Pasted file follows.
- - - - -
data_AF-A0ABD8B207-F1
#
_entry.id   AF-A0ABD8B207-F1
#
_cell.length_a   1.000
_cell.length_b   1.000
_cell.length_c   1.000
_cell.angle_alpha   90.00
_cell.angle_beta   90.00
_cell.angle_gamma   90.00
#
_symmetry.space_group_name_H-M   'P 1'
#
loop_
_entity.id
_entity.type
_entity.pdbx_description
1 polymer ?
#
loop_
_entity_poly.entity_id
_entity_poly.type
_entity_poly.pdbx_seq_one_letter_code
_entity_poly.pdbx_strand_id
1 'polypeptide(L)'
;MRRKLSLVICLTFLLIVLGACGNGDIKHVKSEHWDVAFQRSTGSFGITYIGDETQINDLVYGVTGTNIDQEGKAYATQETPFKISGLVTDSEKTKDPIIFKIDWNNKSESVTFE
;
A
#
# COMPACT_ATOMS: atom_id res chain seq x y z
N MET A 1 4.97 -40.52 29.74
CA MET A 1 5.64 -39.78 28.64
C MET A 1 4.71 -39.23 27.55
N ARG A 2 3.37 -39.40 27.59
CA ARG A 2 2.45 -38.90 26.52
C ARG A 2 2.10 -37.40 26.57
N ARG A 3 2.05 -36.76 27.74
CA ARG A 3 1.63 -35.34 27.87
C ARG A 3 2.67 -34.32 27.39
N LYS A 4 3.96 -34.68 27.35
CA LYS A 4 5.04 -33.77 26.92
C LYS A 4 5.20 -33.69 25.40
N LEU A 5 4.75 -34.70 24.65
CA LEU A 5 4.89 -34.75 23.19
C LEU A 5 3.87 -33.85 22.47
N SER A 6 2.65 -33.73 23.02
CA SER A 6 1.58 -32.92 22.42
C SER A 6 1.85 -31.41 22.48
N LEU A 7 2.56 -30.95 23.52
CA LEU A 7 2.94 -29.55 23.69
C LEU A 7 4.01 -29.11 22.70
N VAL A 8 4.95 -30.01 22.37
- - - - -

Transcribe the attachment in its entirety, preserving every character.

data_AF-A0ABD8B207-F1
#
_entry.id   AF-A0ABD8B207-F1
#
_cell.length_a   1.000
_cell.length_b   1.000
_cell.length_c   1.000
_cell.angle_alpha   90.00
_cell.angle_beta   90.00
_cell.angle_gamma   90.00
#
_symmetry.space_group_name_H-M   'P 1'
#
loop_
_entity.id
_entity.type
_entity.pdbx_description
1 polymer ?
#
loop_
_entity_poly.entity_id
_entity_poly.type
_entity_poly.pdbx_seq_one_letter_code
_entity_poly.pdbx_strand_id
1 'polypeptide(L)'
;MRRKLSLVICLTFLLIVLGACGNGDIKHVKSEHWDVAFQRSTGSFGITYIGDETQINDLVYGVTGTNIDQEGKAYATQETPFKISGLVTDSEKTKDPIIFKIDWNNKSESVTFE
;
A
#
# COMPACT_ATOMS: atom_id res chain seq x y z
N MET A 1 4.97 -40.52 29.74
CA MET A 1 5.64 -39.78 28.64
C MET A 1 4.71 -39.23 27.55
N ARG A 2 3.37 -39.40 27.59
CA ARG A 2 2.45 -38.90 26.52
C ARG A 2 2.10 -37.40 26.57
N ARG A 3 2.05 -36.76 27.74
CA ARG A 3 1.63 -35.34 27.87
C ARG A 3 2.67 -34.32 27.39
N LYS A 4 3.96 -34.68 27.35
CA LYS A 4 5.04 -33.77 26.92
C LYS A 4 5.20 -33.69 25.40
N LEU A 5 4.75 -34.70 24.65
CA LEU A 5 4.89 -34.75 23.19
C LEU A 5 3.87 -33.85 22.47
N SER A 6 2.65 -33.73 23.02
CA SER A 6 1.58 -32.92 22.42
C SER A 6 1.85 -31.41 22.48
N LEU A 7 2.56 -30.95 23.52
CA LEU A 7 2.94 -29.55 23.69
C LEU A 7 4.01 -29.11 22.70
N VAL A 8 4.95 -30.01 22.37